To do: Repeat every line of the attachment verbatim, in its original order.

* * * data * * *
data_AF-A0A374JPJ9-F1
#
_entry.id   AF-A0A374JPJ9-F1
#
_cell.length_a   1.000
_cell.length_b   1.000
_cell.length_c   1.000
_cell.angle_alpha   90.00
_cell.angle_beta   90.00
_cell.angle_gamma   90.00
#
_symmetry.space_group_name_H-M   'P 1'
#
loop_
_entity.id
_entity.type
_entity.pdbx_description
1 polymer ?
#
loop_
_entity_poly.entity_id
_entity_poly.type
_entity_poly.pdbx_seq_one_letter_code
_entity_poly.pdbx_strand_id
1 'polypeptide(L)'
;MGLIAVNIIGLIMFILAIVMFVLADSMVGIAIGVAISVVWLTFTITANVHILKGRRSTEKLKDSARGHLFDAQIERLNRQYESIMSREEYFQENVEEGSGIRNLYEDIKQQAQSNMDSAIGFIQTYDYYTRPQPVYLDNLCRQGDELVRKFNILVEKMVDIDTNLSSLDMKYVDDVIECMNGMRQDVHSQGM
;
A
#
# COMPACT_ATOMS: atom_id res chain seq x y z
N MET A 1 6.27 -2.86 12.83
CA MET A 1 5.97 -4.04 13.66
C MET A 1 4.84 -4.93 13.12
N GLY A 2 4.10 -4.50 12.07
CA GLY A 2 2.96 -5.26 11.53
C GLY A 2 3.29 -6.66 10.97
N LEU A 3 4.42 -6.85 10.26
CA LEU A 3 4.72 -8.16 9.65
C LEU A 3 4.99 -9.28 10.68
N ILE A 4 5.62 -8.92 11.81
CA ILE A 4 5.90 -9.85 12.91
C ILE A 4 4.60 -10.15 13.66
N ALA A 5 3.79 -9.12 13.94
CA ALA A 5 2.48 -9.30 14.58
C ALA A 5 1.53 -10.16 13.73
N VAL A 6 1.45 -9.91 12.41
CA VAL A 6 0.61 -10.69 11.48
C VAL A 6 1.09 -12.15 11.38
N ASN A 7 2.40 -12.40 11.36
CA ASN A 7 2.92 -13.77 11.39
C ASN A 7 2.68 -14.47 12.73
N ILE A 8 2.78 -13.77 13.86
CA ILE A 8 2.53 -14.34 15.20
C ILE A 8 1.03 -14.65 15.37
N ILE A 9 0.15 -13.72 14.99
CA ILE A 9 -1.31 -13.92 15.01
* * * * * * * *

data_AF-A0A374JPJ9-F1
#
_entry.id   AF-A0A374JPJ9-F1
#
_cell.length_a   1.000
_cell.length_b   1.000
_cell.length_c   1.000
_cell.angle_alpha   90.00
_cell.angle_beta   90.00
_cell.angle_gamma   90.00
#
_symmetry.space_group_name_H-M   'P 1'
#
loop_
_entity.id
_entity.type
_entity.pdbx_description
1 polymer ?
#
loop_
_entity_poly.entity_id
_entity_poly.type
_entity_poly.pdbx_seq_one_letter_code
_entity_poly.pdbx_strand_id
1 'polypeptide(L)'
;MGLIAVNIIGLIMFILAIVMFVLADSMVGIAIGVAISVVWLTFTITANVHILKGRRSTEKLKDSARGHLFDAQIERLNRQYESIMSREEYFQENVEEGSGIRNLYEDIKQQAQSNMDSAIGFIQTYDYYTRPQPVYLDNLCRQGDELVRKFNILVEKMVDIDTNLSSLDMKYVDDVIECMNGMRQDVHSQGM
;
A
#
# COMPACT_ATOMS: atom_id res chain seq x y z
N MET A 1 6.27 -2.86 12.83
CA MET A 1 5.97 -4.04 13.66
C MET A 1 4.84 -4.93 13.12
N GLY A 2 4.10 -4.50 12.07
CA GLY A 2 2.96 -5.26 11.53
C GLY A 2 3.29 -6.66 10.97
N LEU A 3 4.42 -6.85 10.26
CA LEU A 3 4.72 -8.16 9.65
C LEU A 3 4.99 -9.28 10.68
N ILE A 4 5.62 -8.92 11.81
CA ILE A 4 5.90 -9.85 12.91
C ILE A 4 4.60 -10.15 13.66
N ALA A 5 3.79 -9.12 13.94
CA ALA A 5 2.48 -9.30 14.58
C ALA A 5 1.53 -10.16 13.73
N VAL A 6 1.45 -9.91 12.41
CA VAL A 6 0.61 -10.69 11.48
C VAL A 6 1.09 -12.15 11.38
N ASN A 7 2.40 -12.40 11.36
CA ASN A 7 2.92 -13.77 11.39
C ASN A 7 2.68 -14.47 12.73
N ILE A 8 2.78 -13.77 13.86
CA ILE A 8 2.53 -14.34 15.20
C ILE A 8 1.03 -14.65 15.37
N ILE A 9 0.15 -13.72 14.99
CA ILE A 9 -1.31 -13.92 15.01